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Parents Give Up Custody Of Child So He Can Receive Pricey Medical Treatment

woman medical binders

Being a parent many times means that you have to make the biggest, most heartbreaking, challenging and complicated decisions about your children. It comes with the territory. You have to learn to navigate the good with the bad and take on everything that comes your way the bravest way possible. This family has learned that lesson in full force and have made a gut-wrenching decision that is actually more common than we think.

Parents Jim and Toni Hoy adopted their son Daniel and whenever the now, twelve-year-old boy started to exhibit signs of severe mental illness, they were, of course, willing to do anything to help him. In their case, their only option was to relinquish the custody they have of him so that he could receive the treatment that they were unable to afford.

Over the years, Daniel started experiencing violent outbursts (he even threw one of his brothers down the stairs). Because of this, doctors determined that he needed residential services to protect himself and the rest of the Hoy family. However, both the Hoy’s private health insurance and Medicaid wouldn’t cover the extremely expensive price this would cost the family.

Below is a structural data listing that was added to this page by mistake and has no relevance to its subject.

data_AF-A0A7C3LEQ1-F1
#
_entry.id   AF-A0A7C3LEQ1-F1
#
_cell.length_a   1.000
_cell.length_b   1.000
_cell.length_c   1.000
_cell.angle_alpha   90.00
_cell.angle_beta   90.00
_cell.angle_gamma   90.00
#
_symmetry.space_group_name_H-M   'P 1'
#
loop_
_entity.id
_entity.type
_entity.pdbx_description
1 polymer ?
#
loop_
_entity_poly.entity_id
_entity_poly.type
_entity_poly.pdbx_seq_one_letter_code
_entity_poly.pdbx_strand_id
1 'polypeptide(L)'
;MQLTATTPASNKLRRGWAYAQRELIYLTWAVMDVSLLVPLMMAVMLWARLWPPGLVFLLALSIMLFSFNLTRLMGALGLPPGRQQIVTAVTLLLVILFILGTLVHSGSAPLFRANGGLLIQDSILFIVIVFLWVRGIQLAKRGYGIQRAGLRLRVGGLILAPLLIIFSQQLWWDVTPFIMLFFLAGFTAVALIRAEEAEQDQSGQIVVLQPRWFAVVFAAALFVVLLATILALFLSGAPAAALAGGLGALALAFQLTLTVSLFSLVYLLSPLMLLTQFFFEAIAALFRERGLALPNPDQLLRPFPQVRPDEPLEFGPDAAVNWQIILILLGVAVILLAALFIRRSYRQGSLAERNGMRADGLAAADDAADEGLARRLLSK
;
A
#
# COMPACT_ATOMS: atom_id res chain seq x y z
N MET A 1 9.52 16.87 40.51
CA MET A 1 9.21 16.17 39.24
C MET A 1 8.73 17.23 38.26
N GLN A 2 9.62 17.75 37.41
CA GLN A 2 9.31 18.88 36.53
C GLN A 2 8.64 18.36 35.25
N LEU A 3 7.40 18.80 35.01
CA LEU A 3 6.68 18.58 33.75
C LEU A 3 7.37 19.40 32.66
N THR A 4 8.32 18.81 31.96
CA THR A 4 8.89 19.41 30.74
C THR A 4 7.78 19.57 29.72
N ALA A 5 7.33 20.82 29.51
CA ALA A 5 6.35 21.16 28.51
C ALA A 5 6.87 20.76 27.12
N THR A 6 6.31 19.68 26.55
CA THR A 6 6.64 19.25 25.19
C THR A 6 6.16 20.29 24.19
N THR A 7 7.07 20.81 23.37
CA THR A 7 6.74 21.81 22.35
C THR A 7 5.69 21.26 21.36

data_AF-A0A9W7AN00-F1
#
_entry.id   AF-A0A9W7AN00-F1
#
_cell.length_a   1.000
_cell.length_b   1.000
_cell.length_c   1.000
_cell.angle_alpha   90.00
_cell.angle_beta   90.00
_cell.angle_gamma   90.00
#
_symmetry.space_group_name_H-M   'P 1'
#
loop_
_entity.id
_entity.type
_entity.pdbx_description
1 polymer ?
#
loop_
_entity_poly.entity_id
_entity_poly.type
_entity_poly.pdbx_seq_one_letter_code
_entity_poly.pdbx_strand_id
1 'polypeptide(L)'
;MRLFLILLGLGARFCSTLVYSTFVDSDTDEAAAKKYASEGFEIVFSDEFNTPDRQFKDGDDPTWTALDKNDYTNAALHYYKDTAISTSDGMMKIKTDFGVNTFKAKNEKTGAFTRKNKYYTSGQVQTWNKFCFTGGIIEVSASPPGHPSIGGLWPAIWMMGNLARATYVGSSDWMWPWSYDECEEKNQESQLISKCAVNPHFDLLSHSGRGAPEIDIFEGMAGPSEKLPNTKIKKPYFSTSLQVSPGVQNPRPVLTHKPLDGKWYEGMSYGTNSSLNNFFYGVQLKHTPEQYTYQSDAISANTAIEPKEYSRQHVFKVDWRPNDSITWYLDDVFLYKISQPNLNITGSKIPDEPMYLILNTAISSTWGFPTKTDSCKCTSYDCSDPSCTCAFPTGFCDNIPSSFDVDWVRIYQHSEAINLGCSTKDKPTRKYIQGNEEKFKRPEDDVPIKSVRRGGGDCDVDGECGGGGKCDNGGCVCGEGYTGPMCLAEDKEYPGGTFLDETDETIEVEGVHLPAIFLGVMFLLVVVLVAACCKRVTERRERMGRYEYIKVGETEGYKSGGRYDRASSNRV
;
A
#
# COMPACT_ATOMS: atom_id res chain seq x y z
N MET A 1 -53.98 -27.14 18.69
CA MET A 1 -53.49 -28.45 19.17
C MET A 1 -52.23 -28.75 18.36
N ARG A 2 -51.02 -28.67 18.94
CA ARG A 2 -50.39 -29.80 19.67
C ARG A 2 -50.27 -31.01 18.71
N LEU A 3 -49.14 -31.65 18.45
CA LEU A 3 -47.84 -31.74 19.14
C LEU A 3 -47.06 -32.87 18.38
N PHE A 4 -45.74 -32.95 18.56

After lots of consideration, they turned to the only option that they had left, something called custody relinquishment. This would mean that they would be giving up their son, and the state of Illinois would be required to pay for any medical treatment he needed, including his very specific specialized care.

As mentioned before, this isn't an uncommon as one would think. According to a study by the Government Accountability Office, over 12,000 families in 19 states have done the same thing. This definitely makes you think more about the high cost of healthcare in the United States as a whole.

Daniels dad, Jim, says “To this day, it’s the most gut-wrenching thing I’ve ever had to do in my life. I was crying terribly. But it was the only way we figured we could keep the family safe.”

Their story ends a little differently than you might imagine though. Whenever Daniel turned fifteen, the Hoyt family was able to sue the state and regain custody of him. In addition, they were also awarded the funds to pay for his continuing mental health services.

Now, Daniel is 24 and a thriving adult. He has been out of treatment for six years and lives near his parents with his girlfriend and their daughter. Thankfully, their story has a happy ending and he was able to receive the help that he needed.

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